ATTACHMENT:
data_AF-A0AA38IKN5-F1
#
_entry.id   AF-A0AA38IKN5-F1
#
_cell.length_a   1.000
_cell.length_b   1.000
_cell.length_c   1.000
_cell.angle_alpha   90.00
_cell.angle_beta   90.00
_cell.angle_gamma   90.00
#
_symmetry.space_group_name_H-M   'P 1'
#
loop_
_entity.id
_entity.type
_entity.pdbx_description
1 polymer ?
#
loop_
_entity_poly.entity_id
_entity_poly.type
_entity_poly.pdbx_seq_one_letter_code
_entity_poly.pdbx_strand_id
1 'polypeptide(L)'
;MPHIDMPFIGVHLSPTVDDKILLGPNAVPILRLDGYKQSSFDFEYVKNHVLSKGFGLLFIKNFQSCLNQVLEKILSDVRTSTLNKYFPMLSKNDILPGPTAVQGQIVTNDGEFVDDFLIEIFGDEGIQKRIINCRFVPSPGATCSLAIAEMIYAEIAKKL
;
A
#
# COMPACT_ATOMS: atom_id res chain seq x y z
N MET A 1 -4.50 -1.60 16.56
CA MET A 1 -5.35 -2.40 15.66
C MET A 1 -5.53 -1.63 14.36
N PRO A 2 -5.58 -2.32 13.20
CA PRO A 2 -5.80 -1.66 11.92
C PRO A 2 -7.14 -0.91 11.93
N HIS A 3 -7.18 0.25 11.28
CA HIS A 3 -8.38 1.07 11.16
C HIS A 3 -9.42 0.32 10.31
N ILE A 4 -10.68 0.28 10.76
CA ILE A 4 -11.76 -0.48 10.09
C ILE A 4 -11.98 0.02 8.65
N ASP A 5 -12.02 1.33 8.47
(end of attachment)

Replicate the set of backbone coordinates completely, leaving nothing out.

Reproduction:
data_AF-A0AA38IKN5-F1
#
_entry.id   AF-A0AA38IKN5-F1
#
_cell.length_a   1.000
_cell.length_b   1.000
_cell.length_c   1.000
_cell.angle_alpha   90.00
_cell.angle_beta   90.00
_cell.angle_gamma   90.00
#
_symmetry.space_group_name_H-M   'P 1'
#
loop_
_entity.id
_entity.type
_entity.pdbx_description
1 polymer ?
#
loop_
_entity_poly.entity_id
_entity_poly.type
_entity_poly.pdbx_seq_one_letter_code
_entity_poly.pdbx_strand_id
1 'polypeptide(L)'
;MPHIDMPFIGVHLSPTVDDKILLGPNAVPILRLDGYKQSSFDFEYVKNHVLSKGFGLLFIKNFQSCLNQVLEKILSDVRTSTLNKYFPMLSKNDILPGPTAVQGQIVTNDGEFVDDFLIEIFGDEGIQKRIINCRFVPSPGATCSLAIAEMIYAEIAKKL
;
A
#
# COMPACT_ATOMS: atom_id res chain seq x y z
N MET A 1 -4.50 -1.60 16.56
CA MET A 1 -5.35 -2.40 15.66
C MET A 1 -5.53 -1.63 14.36
N PRO A 2 -5.58 -2.32 13.20
CA PRO A 2 -5.80 -1.66 11.92
C PRO A 2 -7.14 -0.91 11.93
N HIS A 3 -7.18 0.25 11.28
CA HIS A 3 -8.38 1.07 11.16
C HIS A 3 -9.42 0.32 10.31
N ILE A 4 -10.68 0.28 10.76
CA ILE A 4 -11.76 -0.48 10.09
C ILE A 4 -11.98 0.02 8.65
N ASP A 5 -12.02 1.33 8.47